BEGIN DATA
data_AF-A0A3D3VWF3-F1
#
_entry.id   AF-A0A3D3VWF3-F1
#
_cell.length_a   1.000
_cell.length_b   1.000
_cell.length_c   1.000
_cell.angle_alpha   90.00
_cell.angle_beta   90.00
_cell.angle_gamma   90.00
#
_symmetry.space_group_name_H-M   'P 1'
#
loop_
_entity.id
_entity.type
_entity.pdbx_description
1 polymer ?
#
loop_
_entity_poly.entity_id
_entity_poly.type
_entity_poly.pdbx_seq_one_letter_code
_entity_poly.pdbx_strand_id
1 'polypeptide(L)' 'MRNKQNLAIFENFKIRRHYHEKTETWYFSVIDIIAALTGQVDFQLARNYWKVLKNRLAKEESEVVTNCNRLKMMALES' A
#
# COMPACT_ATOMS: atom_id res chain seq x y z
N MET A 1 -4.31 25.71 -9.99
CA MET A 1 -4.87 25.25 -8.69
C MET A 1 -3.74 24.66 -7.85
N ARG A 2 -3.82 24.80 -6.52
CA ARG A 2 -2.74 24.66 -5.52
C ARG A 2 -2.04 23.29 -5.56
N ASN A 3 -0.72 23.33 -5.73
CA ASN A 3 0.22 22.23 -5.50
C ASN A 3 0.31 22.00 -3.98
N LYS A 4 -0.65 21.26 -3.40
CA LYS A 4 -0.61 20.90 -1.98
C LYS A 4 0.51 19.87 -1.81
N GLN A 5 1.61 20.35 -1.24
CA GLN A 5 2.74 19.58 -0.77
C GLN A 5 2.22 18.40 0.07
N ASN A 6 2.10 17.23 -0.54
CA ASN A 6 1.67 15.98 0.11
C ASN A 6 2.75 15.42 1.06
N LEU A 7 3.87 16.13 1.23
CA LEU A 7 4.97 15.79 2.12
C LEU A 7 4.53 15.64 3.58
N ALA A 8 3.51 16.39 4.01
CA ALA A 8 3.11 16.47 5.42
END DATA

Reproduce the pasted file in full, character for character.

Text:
data_AF-A0A3D3VWF3-F1
#
_entry.id   AF-A0A3D3VWF3-F1
#
_cell.length_a   1.000
_cell.length_b   1.000
_cell.length_c   1.000
_cell.angle_alpha   90.00
_cell.angle_beta   90.00
_cell.angle_gamma   90.00
#
_symmetry.space_group_name_H-M   'P 1'
#
loop_
_entity.id
_entity.type
_entity.pdbx_description
1 polymer ?
#
loop_
_entity_poly.entity_id
_entity_poly.type
_entity_poly.pdbx_seq_one_letter_code
_entity_poly.pdbx_strand_id
1 'polypeptide(L)' 'MRNKQNLAIFENFKIRRHYHEKTETWYFSVIDIIAALTGQVDFQLARNYWKVLKNRLAKEESEVVTNCNRLKMMALES' A
#
# COMPACT_ATOMS: atom_id res chain seq x y z
N MET A 1 -4.31 25.71 -9.99
CA MET A 1 -4.87 25.25 -8.69
C MET A 1 -3.74 24.66 -7.85
N ARG A 2 -3.82 24.80 -6.52
CA ARG A 2 -2.74 24.66 -5.52
C ARG A 2 -2.04 23.29 -5.56
N ASN A 3 -0.72 23.33 -5.73
CA ASN A 3 0.22 22.23 -5.50
C ASN A 3 0.31 22.00 -3.98
N LYS A 4 -0.65 21.26 -3.40
CA LYS A 4 -0.61 20.90 -1.98
C LYS A 4 0.51 19.87 -1.81
N GLN A 5 1.61 20.35 -1.24
CA GLN A 5 2.74 19.58 -0.77
C GLN A 5 2.22 18.40 0.07
N ASN A 6 2.10 17.23 -0.54
CA ASN A 6 1.67 15.98 0.11
C ASN A 6 2.75 15.42 1.06
N LEU A 7 3.87 16.13 1.23
CA LEU A 7 4.97 15.79 2.12
C LEU A 7 4.53 15.64 3.58
N ALA A 8 3.51 16.39 4.01
CA ALA A 8 3.11 16.47 5.42